A simple notepad for players to keep track of their game, as an RPG group might, and a custom game of Google Maps Monopoly is yours for free. And while we're on the subject, why not mash-up CSI, Columbo and Clue on Planet Google?
Take the sleuthing out of the mansion and make it city-wide, with more imaginative locations than the kitchen and ballroom, such as an alley full of dumpsters where the murder weapon was ditched, or a corrupt police station to add a bit of extra conspiracy to the slaughter. Players can take a bit of time beforehand to create their own character biographies from a template, and once again Google Maps will provide a game board that's as epic (Washington D.C.) or familiar (your local mall) as you like.
Both these examples draw heavily on the qualities of a paper-and-pencil RPG, which is an area of gaming that uses its world as a linchpin. Already quite demanding in terms of applied imagination, re-engineering an area of Google Maps or Google Earth would be child's play for a seasoned Quest Master, but would take a lot of the leg work out of topography, distance and scale for a fellowship's journeys.
But the current face of Google Maps gaming is one of novelty and basics. Planet Google may quite literally be the size of the Earth, but its gaming population is sparse, consisting of small and simple concepts that don't reach far beyond the individual gamer's immediate environment. The excavation and terraforming of this digital earth is still something game developers have yet to apply their tools to in a meaningful way, but the potential of playing FarmVille on a real farm, or golf on an actual golf course is a seamless symbiosis of cyberspace and reality waiting to happen.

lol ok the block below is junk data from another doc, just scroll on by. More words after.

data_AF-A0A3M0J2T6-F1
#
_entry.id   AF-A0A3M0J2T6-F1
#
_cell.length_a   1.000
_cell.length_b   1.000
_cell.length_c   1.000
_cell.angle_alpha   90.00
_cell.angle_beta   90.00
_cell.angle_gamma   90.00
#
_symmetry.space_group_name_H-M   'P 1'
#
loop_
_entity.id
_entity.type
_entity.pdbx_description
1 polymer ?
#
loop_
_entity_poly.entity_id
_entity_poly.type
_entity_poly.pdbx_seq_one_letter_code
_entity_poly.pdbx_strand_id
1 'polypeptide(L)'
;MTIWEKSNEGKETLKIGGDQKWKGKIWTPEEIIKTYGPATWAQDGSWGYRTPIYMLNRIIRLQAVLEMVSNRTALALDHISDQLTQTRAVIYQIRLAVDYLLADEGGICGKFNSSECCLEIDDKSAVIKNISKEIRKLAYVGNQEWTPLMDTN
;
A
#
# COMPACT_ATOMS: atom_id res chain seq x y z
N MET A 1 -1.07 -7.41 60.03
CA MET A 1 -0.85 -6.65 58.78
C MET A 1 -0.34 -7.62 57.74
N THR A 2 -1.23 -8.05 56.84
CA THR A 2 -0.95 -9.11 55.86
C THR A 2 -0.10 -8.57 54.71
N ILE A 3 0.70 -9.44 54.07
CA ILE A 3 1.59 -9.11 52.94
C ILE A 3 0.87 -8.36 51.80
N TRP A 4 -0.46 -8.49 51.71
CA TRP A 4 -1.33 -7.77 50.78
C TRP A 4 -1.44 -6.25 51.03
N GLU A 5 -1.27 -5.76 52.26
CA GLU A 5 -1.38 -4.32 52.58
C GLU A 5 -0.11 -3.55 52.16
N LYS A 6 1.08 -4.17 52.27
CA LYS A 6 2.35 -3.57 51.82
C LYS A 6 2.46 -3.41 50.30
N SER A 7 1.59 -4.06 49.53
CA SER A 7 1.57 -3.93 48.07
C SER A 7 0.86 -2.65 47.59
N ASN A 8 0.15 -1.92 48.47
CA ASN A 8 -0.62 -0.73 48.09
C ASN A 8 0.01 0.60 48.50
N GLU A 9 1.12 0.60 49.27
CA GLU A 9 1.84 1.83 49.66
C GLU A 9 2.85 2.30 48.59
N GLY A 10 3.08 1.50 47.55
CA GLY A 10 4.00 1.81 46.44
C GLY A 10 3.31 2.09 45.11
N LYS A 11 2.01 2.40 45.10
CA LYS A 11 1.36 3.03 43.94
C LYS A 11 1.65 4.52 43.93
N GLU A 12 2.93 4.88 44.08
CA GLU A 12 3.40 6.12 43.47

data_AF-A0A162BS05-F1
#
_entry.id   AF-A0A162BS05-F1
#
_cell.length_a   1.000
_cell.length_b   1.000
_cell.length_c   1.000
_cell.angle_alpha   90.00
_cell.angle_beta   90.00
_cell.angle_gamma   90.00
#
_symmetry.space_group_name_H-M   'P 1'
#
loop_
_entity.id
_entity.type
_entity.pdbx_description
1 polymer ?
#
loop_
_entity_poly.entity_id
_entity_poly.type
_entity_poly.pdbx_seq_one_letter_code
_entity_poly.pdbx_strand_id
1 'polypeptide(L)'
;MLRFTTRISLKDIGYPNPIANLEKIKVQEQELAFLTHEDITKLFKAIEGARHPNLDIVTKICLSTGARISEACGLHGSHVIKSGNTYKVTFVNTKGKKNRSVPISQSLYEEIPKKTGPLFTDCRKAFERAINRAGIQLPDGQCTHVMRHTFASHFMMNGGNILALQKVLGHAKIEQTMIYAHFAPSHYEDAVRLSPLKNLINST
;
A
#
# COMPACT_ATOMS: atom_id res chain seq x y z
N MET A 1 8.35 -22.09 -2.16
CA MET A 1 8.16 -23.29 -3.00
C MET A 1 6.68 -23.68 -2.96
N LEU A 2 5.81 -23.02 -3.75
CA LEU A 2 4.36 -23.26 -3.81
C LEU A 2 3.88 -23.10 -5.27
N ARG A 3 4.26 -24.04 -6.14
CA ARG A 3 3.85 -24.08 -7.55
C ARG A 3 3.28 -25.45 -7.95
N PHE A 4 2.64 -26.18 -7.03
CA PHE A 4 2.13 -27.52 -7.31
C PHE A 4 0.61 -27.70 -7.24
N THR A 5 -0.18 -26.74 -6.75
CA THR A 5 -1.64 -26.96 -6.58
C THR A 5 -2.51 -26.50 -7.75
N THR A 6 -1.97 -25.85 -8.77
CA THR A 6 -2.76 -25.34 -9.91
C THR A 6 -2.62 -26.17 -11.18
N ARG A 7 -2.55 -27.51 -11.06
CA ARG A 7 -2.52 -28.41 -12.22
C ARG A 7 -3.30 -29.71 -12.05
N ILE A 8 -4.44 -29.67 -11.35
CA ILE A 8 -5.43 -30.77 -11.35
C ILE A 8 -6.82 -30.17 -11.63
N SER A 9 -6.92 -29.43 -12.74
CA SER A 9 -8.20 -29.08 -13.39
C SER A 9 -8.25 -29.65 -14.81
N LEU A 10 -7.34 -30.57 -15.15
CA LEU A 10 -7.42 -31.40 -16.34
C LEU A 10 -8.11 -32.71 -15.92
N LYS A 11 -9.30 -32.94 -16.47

Perhaps the potential danger of losing our perception as to what's real and what's digitized is holding the gaming colonization of Planet Google back. A last, unconscious attempt to hold onto the old reality of a tangible world; a fear of setting out on the unexplored digital sea in case we go too far and fall off the end.
Despite the race for ever-more detail and realism in videogames, do we still demand a distinct separation between living and playing? Google Earth gaming would inherently - deliberately - blur that boundary, as videogames invaded our physical environments. But as unsettling as the notion of seeing Sonic the Hedgehog sprinting through Birmingham's spaghetti junction might be, it's one that's laced with intriguing possibilities.
Yes. Spanner's his real name, and he's already heard that joke you just thought of. Although Spanner's not very good, he's quite fast, and that seems to be enough to keep him in a regular supply of free games and away from the depressing world of real work.